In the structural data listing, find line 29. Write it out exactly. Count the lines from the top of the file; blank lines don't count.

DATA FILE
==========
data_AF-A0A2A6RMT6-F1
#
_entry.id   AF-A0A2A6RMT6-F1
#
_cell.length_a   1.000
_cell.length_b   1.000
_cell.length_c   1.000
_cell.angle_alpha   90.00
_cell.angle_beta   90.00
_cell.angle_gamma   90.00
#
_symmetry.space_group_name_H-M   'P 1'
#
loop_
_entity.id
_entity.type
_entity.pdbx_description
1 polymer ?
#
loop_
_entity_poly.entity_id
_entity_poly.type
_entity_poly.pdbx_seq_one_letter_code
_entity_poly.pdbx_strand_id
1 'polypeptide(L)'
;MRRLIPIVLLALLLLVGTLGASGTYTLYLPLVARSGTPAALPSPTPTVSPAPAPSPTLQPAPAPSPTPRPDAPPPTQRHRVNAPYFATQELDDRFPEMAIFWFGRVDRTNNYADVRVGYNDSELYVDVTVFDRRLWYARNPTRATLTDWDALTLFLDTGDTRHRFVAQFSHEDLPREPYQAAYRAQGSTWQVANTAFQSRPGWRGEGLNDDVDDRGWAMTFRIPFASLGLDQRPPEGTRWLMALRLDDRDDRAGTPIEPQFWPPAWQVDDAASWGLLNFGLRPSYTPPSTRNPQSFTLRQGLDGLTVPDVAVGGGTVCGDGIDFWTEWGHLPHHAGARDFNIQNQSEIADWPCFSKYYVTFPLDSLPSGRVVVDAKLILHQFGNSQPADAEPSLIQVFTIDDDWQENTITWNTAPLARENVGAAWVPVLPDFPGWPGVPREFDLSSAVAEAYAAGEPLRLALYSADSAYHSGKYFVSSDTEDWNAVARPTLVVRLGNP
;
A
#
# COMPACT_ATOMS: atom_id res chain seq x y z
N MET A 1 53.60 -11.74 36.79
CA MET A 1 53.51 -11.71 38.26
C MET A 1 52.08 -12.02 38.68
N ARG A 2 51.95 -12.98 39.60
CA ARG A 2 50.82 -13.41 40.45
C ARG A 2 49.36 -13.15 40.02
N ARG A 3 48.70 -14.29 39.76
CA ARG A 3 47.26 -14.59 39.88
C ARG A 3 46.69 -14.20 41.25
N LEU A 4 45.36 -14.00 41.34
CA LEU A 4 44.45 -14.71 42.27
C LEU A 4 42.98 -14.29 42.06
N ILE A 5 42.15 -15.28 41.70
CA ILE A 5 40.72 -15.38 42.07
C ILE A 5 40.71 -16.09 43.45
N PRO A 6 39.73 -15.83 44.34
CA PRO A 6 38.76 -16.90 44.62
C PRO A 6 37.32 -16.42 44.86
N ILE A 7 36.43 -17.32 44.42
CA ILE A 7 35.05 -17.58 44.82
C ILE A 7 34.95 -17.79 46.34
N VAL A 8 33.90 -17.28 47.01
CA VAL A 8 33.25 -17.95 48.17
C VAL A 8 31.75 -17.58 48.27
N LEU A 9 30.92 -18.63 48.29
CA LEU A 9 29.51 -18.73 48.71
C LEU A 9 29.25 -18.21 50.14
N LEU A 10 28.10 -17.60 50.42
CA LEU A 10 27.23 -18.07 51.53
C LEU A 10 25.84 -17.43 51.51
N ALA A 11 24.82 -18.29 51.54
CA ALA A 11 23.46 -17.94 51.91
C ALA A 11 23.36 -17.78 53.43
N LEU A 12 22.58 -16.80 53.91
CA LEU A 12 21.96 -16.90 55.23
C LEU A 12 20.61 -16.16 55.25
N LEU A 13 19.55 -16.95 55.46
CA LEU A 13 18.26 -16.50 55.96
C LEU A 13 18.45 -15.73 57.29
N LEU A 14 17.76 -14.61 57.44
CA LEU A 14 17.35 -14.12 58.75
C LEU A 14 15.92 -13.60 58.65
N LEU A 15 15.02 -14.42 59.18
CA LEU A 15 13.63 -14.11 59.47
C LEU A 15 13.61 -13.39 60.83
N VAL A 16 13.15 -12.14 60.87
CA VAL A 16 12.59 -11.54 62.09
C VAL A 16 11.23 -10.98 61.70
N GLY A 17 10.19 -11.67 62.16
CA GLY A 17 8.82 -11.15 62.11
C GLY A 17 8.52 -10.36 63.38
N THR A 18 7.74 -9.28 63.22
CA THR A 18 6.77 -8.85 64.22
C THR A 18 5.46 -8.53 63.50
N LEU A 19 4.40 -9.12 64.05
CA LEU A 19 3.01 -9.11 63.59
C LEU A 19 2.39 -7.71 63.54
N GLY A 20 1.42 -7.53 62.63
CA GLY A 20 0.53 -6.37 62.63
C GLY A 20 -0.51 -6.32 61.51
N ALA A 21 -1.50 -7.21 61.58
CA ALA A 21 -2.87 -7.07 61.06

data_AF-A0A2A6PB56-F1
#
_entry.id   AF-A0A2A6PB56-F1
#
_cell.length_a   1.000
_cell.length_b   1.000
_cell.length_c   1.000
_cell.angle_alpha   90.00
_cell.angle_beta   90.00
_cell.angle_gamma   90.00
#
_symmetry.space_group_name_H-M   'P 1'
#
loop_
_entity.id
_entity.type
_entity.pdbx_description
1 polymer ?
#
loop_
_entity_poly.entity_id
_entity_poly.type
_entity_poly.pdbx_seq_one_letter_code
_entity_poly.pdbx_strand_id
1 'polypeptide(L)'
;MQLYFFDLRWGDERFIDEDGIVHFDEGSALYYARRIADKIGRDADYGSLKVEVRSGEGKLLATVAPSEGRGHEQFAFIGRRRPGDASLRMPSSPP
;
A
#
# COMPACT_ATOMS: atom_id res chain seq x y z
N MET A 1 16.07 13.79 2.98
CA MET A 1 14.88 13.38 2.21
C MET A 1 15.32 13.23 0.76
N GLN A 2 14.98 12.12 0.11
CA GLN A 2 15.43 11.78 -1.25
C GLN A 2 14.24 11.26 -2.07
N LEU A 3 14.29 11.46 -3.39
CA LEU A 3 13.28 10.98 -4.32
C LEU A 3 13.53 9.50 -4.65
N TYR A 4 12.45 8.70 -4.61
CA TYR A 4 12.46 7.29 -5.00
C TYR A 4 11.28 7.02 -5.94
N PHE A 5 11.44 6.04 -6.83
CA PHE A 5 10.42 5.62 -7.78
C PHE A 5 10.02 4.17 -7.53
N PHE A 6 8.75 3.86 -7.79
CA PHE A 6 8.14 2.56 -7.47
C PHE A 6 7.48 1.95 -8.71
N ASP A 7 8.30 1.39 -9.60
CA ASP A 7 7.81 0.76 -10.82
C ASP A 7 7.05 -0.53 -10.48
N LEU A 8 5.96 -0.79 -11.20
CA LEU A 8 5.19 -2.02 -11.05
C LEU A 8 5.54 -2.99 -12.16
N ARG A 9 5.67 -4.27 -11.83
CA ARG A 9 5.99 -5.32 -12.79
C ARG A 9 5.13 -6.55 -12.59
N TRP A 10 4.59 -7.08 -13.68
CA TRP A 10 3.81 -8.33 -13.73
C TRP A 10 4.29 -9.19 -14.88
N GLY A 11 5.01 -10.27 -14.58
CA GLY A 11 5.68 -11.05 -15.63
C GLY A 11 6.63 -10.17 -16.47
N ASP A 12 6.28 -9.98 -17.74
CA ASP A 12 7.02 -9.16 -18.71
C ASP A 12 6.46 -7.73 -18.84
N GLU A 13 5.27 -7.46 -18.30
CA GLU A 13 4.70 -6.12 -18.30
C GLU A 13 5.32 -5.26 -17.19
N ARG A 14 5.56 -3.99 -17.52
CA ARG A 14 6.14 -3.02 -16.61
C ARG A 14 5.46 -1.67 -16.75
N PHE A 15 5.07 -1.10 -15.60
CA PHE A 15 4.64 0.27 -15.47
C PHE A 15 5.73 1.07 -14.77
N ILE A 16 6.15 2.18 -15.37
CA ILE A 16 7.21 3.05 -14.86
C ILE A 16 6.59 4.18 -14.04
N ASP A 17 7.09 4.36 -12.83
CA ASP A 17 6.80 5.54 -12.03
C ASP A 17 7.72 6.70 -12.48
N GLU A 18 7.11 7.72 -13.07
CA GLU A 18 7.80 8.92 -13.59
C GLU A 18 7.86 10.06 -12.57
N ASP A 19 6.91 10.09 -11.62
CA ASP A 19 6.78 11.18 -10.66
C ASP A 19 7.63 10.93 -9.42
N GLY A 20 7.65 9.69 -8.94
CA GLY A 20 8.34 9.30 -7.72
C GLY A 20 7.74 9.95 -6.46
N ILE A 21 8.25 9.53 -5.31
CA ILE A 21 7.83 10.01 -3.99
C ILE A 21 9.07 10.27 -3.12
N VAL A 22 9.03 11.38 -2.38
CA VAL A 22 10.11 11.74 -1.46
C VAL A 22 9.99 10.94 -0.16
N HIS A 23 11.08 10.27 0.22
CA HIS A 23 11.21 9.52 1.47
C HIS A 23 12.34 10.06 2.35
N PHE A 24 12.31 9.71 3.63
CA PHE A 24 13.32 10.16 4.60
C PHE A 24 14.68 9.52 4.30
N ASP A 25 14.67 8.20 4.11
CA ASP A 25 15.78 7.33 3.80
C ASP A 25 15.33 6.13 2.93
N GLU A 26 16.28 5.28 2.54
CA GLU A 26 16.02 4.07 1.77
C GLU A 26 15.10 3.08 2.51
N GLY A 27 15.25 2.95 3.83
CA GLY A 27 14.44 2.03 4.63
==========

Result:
#